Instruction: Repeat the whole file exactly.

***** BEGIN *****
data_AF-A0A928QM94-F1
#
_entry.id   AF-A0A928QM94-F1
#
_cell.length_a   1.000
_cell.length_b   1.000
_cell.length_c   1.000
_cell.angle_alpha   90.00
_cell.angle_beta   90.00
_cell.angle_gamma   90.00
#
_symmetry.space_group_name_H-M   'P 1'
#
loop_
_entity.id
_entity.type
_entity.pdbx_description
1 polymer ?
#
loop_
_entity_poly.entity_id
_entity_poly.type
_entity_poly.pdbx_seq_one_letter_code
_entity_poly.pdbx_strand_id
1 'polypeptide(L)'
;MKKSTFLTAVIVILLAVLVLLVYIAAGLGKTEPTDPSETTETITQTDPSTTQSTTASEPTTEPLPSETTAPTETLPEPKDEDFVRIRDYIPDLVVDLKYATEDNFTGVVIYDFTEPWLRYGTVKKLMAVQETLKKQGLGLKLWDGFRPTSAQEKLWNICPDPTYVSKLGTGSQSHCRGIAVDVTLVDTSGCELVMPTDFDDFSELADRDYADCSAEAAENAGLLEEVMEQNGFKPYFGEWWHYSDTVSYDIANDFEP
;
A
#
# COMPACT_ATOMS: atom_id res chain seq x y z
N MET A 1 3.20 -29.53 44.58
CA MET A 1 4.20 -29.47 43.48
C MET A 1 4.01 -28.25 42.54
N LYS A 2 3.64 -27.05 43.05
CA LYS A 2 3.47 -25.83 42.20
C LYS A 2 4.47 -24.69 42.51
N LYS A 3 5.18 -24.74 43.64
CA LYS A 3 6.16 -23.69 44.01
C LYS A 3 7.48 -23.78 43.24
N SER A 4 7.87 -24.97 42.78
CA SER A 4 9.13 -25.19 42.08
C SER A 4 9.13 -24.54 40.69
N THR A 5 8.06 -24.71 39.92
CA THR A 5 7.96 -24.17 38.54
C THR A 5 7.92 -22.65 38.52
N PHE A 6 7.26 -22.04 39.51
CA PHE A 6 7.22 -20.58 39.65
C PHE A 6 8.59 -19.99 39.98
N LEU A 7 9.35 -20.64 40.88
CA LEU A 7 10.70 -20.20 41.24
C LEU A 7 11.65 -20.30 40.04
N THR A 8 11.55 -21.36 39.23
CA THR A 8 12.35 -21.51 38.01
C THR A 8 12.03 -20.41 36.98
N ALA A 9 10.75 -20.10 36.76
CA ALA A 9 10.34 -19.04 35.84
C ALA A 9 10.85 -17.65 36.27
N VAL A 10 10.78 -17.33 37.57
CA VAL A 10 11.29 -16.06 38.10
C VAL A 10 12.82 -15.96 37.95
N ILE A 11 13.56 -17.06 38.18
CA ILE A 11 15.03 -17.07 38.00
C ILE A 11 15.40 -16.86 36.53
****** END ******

data_AF-A0A928QM94-F1
#
_entry.id   AF-A0A928QM94-F1
#
_cell.length_a   1.000
_cell.length_b   1.000
_cell.length_c   1.000
_cell.angle_alpha   90.00
_cell.angle_beta   90.00
_cell.angle_gamma   90.00
#
_symmetry.space_group_name_H-M   'P 1'
#
loop_
_entity.id
_entity.type
_entity.pdbx_description
1 polymer ?
#
loop_
_entity_poly.entity_id
_entity_poly.type
_entity_poly.pdbx_seq_one_letter_code
_entity_poly.pdbx_strand_id
1 'polypeptide(L)'
;MKKSTFLTAVIVILLAVLVLLVYIAAGLGKTEPTDPSETTETITQTDPSTTQSTTASEPTTEPLPSETTAPTETLPEPKDEDFVRIRDYIPDLVVDLKYATEDNFTGVVIYDFTEPWLRYGTVKKLMAVQETLKKQGLGLKLWDGFRPTSAQEKLWNICPDPTYVSKLGTGSQSHCRGIAVDVTLVDTSGCELVMPTDFDDFSELADRDYADCSAEAAENAGLLEEVMEQNGFKPYFGEWWHYSDTVSYDIANDFEP
;
A
#
# COMPACT_ATOMS: atom_id res chain seq x y z
N MET A 1 3.20 -29.53 44.58
CA MET A 1 4.20 -29.47 43.48
C MET A 1 4.01 -28.25 42.54
N LYS A 2 3.64 -27.05 43.05
CA LYS A 2 3.47 -25.83 42.20
C LYS A 2 4.47 -24.69 42.51
N LYS A 3 5.18 -24.74 43.64
CA LYS A 3 6.16 -23.69 44.01
C LYS A 3 7.48 -23.78 43.24
N SER A 4 7.87 -24.97 42.78
CA SER A 4 9.13 -25.19 42.08
C SER A 4 9.13 -24.54 40.69
N THR A 5 8.06 -24.71 39.92
CA THR A 5 7.96 -24.17 38.54
C THR A 5 7.92 -22.65 38.52
N PHE A 6 7.26 -22.04 39.51
CA PHE A 6 7.22 -20.58 39.65
C PHE A 6 8.59 -19.99 39.98
N LEU A 7 9.35 -20.64 40.88
CA LEU A 7 10.70 -20.20 41.24
C LEU A 7 11.65 -20.30 40.04
N THR A 8 11.55 -21.36 39.23
CA THR A 8 12.35 -21.51 38.01
C THR A 8 12.03 -20.41 36.98
N ALA A 9 10.75 -20.10 36.76
CA ALA A 9 10.34 -19.04 35.84
C ALA A 9 10.85 -17.65 36.27
N VAL A 10 10.78 -17.33 37.57
CA VAL A 10 11.29 -16.06 38.10
C VAL A 10 12.82 -15.96 37.95
N ILE A 11 13.56 -17.06 38.18
CA ILE A 11 15.03 -17.07 38.00
C ILE A 11 15.40 -16.86 36.53